Maximal oxygen uptake cannot be determined in the incremental phase of the lactate minimum test on a cycle ergometer.

Author:Miyagi, Willian Eiji
Position:Research article - Report


The lactate minimum test (LM) is considered a valid protocol for estimating the maximal lactate steady state (MLSS) intensity in only one test session (Bacon and Kern, 1999; Macintosh et al., 2002; Tegtbur et al., 1993; Simoes et al., 1999; Svedahl and Macintosh, 2003). The LM is comprised of an intense effort to hyperlactatemia induction, followed by a brief recovery period (i.e., ~ 8 min) and finally an incremental exercise phase. Therefore, during the hyperlactatemia induction phase, the LM allows the use of either an anaerobic test and consequently measurement of anaerobic power/capacity (Dantas De Luca et al., 2003; Zagatto et al., 2004; Pardono et al., 2008; Zagatto et al., 2014) or a graded exercise test (GXT) and the measurement of maximal oxygen uptake (V[O.sub.2MAX]) and maximal aerobic power (Johnson and Sharpe, 2011; Johnson et al., 2009). However, some studies report that one should be cautious in the choice of the hyperlactatemia induction mode (Johnson et al., 2009; Zagatto et al., 2014),as it can influence determination of lactate minimum intensity and physiological responses at lactate minimum intensity.

In addition, some studies have related the possibility of obtaining indices of maximal aerobic power (i.e., V[O.sub.2MAX] and the intensity associated with V[O.sub.2MAX]) during the incremental phase of the LM (Dantas De Luca et al., 2003; Simoes et al., 2003). In this way, the application of a procedure for assessing anaerobic fitness using hyperlactatemia induction would be possible, as well as the determination of V[O.sub.2MAX] and the lowest intensity where the V[O.sub.2MAX] is reached (iV[O.sub.2MAX]) during the incremental phase of the LM. This possibility makes the LM even more attractive for application in the training routines of athletes, because it would enable determination of anaerobic fitness during the induction phase and aerobic endurance, V[O.sub.2MAX] and iV[O.sub.2MAX], during the incremental exercise phase.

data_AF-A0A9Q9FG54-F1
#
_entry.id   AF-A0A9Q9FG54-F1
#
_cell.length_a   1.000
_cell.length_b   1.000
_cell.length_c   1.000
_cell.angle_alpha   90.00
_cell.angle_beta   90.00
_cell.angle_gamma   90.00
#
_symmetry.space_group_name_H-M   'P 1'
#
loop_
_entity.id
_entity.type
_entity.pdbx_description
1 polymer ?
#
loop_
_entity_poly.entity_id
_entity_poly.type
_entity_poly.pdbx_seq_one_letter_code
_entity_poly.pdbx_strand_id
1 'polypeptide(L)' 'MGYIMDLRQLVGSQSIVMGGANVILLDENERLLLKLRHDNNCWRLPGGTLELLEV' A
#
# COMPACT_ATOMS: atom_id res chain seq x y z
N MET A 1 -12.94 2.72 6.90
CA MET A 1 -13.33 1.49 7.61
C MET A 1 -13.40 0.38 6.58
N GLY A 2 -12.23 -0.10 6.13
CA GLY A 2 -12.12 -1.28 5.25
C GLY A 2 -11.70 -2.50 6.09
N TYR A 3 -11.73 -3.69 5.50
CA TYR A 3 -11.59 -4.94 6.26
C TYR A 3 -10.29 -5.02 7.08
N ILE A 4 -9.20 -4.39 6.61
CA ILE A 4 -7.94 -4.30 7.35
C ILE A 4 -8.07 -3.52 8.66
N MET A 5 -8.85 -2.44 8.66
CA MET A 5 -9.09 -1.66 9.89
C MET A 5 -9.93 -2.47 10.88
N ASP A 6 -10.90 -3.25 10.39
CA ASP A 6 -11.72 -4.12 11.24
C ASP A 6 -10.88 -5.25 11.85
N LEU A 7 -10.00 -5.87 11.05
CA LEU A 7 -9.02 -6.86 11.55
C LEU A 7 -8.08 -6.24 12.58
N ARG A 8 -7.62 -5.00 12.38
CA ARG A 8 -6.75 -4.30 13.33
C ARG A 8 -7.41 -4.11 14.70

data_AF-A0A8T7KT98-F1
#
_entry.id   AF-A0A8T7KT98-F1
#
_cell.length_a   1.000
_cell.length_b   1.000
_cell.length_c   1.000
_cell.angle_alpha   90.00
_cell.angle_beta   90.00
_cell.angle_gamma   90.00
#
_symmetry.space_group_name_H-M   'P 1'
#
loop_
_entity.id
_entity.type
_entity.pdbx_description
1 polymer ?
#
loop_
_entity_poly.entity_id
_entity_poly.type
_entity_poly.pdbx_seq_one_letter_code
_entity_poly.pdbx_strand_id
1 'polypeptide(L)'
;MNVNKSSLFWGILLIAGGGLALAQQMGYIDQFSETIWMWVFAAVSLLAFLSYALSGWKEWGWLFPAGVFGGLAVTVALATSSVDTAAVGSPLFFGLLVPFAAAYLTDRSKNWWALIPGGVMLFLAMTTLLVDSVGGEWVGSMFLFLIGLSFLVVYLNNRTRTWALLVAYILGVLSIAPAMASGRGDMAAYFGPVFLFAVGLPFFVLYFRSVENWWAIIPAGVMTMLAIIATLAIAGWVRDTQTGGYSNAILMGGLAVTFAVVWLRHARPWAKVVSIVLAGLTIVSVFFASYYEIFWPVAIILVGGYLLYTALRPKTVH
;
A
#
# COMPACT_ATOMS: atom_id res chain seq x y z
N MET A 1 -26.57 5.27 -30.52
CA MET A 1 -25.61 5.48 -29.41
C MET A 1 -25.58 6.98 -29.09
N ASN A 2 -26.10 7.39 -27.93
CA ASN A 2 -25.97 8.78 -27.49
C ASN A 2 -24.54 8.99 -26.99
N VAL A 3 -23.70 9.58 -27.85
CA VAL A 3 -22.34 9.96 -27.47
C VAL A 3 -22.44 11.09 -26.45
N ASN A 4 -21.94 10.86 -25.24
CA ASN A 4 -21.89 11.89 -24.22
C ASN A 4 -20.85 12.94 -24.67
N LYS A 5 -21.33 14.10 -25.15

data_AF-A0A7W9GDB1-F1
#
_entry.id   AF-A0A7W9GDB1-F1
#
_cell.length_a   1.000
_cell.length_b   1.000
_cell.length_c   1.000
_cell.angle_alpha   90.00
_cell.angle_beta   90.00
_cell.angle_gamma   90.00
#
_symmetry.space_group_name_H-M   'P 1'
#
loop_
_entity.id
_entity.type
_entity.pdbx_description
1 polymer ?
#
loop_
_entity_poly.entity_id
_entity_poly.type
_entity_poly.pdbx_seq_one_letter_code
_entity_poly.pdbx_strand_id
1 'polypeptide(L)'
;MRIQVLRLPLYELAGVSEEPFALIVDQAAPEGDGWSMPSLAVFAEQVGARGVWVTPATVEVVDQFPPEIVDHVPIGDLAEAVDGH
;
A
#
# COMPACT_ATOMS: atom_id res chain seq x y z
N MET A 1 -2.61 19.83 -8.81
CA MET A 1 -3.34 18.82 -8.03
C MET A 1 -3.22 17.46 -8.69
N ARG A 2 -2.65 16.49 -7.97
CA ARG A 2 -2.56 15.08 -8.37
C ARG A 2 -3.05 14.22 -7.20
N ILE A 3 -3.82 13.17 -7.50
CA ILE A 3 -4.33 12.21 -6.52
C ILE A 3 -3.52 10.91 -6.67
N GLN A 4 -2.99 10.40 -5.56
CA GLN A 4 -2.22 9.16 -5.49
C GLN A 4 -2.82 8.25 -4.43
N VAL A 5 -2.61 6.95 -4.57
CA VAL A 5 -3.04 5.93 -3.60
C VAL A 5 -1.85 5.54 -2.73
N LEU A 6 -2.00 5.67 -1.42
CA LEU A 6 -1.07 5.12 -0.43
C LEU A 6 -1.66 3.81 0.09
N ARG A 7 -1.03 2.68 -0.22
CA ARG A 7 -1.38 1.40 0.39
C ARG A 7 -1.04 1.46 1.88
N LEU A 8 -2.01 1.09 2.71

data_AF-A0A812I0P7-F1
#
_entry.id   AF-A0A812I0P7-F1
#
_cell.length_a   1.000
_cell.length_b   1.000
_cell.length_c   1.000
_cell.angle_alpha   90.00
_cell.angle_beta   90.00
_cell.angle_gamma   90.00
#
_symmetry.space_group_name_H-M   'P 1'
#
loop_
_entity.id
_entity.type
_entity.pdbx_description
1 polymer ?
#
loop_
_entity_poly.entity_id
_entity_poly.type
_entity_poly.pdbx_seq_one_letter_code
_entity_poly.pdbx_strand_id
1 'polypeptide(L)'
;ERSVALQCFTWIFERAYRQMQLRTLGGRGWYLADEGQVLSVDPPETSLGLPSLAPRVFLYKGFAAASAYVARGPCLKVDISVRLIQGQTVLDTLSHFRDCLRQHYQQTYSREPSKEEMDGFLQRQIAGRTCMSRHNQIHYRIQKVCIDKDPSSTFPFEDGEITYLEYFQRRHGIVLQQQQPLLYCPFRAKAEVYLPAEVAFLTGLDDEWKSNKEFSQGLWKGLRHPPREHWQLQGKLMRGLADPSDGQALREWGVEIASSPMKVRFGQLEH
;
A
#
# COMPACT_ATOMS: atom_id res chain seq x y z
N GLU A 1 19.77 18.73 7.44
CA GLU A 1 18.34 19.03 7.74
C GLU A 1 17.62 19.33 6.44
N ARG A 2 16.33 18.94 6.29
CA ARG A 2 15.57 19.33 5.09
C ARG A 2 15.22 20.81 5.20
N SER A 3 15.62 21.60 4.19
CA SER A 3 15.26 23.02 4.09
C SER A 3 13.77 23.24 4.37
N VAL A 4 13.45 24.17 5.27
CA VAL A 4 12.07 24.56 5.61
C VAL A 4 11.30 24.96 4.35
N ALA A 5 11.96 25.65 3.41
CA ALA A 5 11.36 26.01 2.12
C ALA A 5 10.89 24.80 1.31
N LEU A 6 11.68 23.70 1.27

However, none of these studies (Dantas De Luca et al., 2003; Simoes et al., 2003) performed analysis to confirm whether the individuals actually reached V[O.sub.2MAX] during the GTX, such as attaining the oxygen uptake plateau (V[O.sub.2]), maximum heart rate achieved (HR), respiratory exchange ratio (RER) or peak lactate values (Mier et al., 2012; Midgley and Carroll, 2009; Howley et al., 1995). In addition, it has been recommended that progressive protocols for measuring the V[O.sub.2MAX] should have a length of around 10-12 minutes. This recommendation is due to evidence of a possible underestimation of V[O.sub.2MAX] values when using protocols of shorter or longer duration (Buchfuhrer et al., 1983; Yoon et al., 2007). Thus, the possibility of measuring the V[O.sub.2MAX] in the incremental phase of the LM is still not well established and needs further comparisons.

Therefore, the aim of this study was to investigate V[O.sub.2MAX] determination using the incremental phase of the LM on a cycle ergometer. Considering the findings of the studies that verified the possibility that V[O.sub.2MAX] can be obtained in a progressive test even after induction of lactic acidosis (Simoes et al., 2003; Dantas De Luca et al., 2003), we compared the highest V[O.sub.2] value measured in the incremental phase of LM with the V[O.sub.2MAX] determined during the GXT. As a hypothesis, we expected similar V[O.sub.2] values from both tests as reported in the literature.